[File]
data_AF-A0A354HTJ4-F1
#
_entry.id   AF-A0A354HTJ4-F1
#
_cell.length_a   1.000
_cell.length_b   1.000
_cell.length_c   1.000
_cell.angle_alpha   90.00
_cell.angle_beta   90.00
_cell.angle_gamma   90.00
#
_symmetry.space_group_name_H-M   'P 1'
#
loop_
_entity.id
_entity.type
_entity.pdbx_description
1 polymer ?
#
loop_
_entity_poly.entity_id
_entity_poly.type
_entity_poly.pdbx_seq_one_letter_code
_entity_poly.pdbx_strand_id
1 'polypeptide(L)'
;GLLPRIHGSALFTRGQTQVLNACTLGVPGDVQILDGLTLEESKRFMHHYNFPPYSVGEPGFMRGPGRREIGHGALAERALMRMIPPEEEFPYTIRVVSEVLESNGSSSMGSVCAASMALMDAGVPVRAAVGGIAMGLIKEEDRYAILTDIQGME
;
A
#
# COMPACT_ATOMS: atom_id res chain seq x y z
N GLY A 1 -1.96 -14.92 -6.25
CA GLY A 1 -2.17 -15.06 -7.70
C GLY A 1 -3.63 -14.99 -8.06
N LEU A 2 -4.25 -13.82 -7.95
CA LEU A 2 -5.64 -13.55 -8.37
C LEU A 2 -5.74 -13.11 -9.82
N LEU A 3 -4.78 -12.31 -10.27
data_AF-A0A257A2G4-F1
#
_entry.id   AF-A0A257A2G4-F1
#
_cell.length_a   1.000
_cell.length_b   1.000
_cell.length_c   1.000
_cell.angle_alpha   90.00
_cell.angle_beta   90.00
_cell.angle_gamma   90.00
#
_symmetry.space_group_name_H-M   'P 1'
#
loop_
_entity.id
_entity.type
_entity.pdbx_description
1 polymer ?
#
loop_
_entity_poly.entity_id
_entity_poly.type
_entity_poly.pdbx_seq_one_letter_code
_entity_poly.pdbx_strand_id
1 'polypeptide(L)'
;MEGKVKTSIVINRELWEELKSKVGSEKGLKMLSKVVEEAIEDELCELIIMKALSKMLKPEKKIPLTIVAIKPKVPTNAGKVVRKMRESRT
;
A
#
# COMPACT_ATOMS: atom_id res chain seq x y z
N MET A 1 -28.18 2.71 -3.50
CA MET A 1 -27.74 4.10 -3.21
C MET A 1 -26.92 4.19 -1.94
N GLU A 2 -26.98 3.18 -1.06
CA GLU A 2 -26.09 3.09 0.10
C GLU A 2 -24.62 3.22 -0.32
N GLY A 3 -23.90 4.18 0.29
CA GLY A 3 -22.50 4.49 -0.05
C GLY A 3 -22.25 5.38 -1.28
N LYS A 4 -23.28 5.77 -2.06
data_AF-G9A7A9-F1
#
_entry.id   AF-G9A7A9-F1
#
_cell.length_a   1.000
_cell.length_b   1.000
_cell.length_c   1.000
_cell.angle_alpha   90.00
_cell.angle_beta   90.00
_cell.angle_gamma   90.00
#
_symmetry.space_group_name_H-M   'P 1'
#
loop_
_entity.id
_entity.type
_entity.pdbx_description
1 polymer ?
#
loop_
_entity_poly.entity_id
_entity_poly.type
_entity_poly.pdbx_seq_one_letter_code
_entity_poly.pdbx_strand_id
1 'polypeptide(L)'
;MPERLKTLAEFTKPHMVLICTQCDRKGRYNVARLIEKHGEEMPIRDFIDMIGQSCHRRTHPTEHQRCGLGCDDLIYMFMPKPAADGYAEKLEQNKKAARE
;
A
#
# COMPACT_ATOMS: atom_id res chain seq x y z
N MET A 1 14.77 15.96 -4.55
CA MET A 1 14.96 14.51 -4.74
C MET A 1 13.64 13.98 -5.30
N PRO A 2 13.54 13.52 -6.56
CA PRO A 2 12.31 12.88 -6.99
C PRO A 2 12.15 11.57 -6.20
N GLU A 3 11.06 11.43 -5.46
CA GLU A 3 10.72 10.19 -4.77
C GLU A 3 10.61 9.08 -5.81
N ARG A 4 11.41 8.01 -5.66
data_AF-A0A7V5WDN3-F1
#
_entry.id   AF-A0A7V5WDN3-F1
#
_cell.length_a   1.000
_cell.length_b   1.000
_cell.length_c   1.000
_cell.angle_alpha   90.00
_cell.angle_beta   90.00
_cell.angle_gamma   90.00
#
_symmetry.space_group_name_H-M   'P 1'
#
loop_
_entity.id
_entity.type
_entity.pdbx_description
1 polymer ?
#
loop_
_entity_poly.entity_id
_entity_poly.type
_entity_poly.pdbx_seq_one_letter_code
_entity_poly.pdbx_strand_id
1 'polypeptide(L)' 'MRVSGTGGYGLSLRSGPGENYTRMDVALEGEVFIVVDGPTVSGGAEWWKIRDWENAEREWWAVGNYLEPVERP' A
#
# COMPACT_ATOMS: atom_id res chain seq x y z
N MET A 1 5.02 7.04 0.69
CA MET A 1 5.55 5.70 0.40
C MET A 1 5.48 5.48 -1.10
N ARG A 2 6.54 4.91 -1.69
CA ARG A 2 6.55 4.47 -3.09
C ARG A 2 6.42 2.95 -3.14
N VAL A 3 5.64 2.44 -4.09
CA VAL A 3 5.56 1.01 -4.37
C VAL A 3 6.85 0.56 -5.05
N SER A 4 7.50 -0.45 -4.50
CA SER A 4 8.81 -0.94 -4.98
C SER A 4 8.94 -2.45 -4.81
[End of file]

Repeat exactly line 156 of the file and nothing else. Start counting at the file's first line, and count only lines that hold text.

C SER A 4 8.94 -2.45 -4.81